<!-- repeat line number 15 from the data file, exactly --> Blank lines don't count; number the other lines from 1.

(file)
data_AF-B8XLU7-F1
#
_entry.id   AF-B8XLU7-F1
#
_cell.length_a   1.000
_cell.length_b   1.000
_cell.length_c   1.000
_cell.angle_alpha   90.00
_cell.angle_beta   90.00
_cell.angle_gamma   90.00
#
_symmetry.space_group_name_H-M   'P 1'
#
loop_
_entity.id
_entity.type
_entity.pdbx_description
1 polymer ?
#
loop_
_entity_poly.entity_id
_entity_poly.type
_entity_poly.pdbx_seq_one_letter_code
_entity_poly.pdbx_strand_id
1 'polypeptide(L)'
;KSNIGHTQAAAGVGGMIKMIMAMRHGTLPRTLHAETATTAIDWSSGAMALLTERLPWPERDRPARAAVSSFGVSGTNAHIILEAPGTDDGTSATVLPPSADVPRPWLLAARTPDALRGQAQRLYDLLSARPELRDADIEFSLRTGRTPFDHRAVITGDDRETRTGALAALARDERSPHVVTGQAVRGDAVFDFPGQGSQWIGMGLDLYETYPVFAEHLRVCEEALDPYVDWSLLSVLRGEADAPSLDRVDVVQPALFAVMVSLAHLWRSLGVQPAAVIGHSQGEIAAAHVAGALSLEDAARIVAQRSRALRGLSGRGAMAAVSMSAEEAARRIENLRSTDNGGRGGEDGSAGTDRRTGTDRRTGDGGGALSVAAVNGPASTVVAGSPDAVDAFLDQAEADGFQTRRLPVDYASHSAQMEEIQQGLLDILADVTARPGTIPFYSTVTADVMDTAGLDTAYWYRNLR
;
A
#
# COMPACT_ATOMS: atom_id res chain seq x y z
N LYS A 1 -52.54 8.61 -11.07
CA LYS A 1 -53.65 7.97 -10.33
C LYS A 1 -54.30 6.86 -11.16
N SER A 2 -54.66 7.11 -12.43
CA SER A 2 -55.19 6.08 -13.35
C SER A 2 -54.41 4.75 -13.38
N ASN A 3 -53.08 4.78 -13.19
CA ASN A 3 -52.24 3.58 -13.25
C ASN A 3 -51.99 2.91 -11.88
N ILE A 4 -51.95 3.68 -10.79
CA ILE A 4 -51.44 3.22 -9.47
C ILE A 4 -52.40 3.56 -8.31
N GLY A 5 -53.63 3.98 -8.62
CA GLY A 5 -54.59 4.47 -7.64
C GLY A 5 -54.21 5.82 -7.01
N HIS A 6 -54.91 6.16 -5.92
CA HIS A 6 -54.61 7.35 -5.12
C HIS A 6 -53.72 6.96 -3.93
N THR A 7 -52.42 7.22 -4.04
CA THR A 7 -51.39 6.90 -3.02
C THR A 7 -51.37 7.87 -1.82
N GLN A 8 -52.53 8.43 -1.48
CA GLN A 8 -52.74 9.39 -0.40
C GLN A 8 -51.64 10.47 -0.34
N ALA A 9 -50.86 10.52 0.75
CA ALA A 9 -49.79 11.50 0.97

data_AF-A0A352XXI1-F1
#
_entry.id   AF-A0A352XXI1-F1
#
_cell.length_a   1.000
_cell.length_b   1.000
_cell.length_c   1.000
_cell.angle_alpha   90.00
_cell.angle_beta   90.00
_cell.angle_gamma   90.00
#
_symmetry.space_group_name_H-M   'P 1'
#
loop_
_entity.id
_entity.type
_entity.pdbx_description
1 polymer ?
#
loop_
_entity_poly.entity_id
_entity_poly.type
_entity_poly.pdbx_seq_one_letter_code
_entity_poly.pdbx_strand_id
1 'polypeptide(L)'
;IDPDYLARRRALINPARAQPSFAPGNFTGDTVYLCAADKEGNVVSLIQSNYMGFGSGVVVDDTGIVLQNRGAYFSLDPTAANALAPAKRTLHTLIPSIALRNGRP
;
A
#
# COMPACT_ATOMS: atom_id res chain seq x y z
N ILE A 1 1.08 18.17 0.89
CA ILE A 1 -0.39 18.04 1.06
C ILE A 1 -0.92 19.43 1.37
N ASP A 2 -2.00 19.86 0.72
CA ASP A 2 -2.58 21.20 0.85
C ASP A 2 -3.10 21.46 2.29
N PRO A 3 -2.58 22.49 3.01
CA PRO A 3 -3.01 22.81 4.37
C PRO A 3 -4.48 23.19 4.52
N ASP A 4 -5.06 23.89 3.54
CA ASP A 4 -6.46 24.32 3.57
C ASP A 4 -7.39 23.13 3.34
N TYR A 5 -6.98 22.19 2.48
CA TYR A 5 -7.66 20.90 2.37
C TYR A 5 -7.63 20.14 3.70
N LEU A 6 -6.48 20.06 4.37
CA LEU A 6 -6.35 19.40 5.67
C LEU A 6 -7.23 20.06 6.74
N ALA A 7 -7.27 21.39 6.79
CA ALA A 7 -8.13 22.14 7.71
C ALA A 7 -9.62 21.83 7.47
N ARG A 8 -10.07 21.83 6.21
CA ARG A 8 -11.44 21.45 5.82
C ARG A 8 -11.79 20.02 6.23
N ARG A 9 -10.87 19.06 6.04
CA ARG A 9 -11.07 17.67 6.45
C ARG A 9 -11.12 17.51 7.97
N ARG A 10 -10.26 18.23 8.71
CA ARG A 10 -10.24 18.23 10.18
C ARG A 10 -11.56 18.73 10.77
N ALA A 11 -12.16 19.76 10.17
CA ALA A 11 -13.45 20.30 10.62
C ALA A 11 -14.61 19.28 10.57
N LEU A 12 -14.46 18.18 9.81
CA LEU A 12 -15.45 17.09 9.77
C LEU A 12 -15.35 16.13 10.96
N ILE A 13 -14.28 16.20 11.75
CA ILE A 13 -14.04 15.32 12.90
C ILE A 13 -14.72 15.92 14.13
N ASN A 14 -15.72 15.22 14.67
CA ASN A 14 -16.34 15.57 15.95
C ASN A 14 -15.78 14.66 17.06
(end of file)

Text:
_entity.id